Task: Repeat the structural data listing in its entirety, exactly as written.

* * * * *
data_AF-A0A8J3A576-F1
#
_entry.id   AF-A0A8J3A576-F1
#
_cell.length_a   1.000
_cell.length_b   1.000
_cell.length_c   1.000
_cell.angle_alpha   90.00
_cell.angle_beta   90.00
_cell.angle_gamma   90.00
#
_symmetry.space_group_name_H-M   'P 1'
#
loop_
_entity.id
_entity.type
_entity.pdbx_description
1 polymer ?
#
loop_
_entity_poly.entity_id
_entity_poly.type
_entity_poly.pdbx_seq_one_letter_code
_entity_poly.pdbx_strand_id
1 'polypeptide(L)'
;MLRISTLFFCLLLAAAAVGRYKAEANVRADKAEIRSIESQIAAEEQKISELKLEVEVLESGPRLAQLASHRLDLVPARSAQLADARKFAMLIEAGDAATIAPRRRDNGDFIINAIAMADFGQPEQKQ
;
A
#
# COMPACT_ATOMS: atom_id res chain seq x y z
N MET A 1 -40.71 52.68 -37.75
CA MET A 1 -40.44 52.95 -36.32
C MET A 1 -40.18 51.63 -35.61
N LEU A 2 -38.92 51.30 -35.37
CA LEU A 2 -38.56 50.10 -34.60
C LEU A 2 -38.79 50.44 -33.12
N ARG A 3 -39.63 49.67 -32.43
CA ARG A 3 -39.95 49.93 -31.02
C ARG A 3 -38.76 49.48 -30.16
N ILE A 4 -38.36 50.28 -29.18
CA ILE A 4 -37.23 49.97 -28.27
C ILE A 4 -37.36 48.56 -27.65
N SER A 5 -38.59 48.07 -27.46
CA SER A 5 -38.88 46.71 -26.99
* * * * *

data_AF-A0A8J3A576-F1
#
_entry.id   AF-A0A8J3A576-F1
#
_cell.length_a   1.000
_cell.length_b   1.000
_cell.length_c   1.000
_cell.angle_alpha   90.00
_cell.angle_beta   90.00
_cell.angle_gamma   90.00
#
_symmetry.space_group_name_H-M   'P 1'
#
loop_
_entity.id
_entity.type
_entity.pdbx_description
1 polymer ?
#
loop_
_entity_poly.entity_id
_entity_poly.type
_entity_poly.pdbx_seq_one_letter_code
_entity_poly.pdbx_strand_id
1 'polypeptide(L)'
;MLRISTLFFCLLLAAAAVGRYKAEANVRADKAEIRSIESQIAAEEQKISELKLEVEVLESGPRLAQLASHRLDLVPARSAQLADARKFAMLIEAGDAATIAPRRRDNGDFIINAIAMADFGQPEQKQ
;
A
#
# COMPACT_ATOMS: atom_id res chain seq x y z
N MET A 1 -40.71 52.68 -37.75
CA MET A 1 -40.44 52.95 -36.32
C MET A 1 -40.18 51.63 -35.61
N LEU A 2 -38.92 51.30 -35.37
CA LEU A 2 -38.56 50.10 -34.60
C LEU A 2 -38.79 50.44 -33.12
N ARG A 3 -39.63 49.67 -32.43
CA ARG A 3 -39.95 49.93 -31.02
C ARG A 3 -38.76 49.48 -30.16
N ILE A 4 -38.36 50.28 -29.18
CA ILE A 4 -37.23 49.97 -28.27
C ILE A 4 -37.36 48.56 -27.65
N SER A 5 -38.59 48.07 -27.46
CA SER A 5 -38.88 46.71 -26.99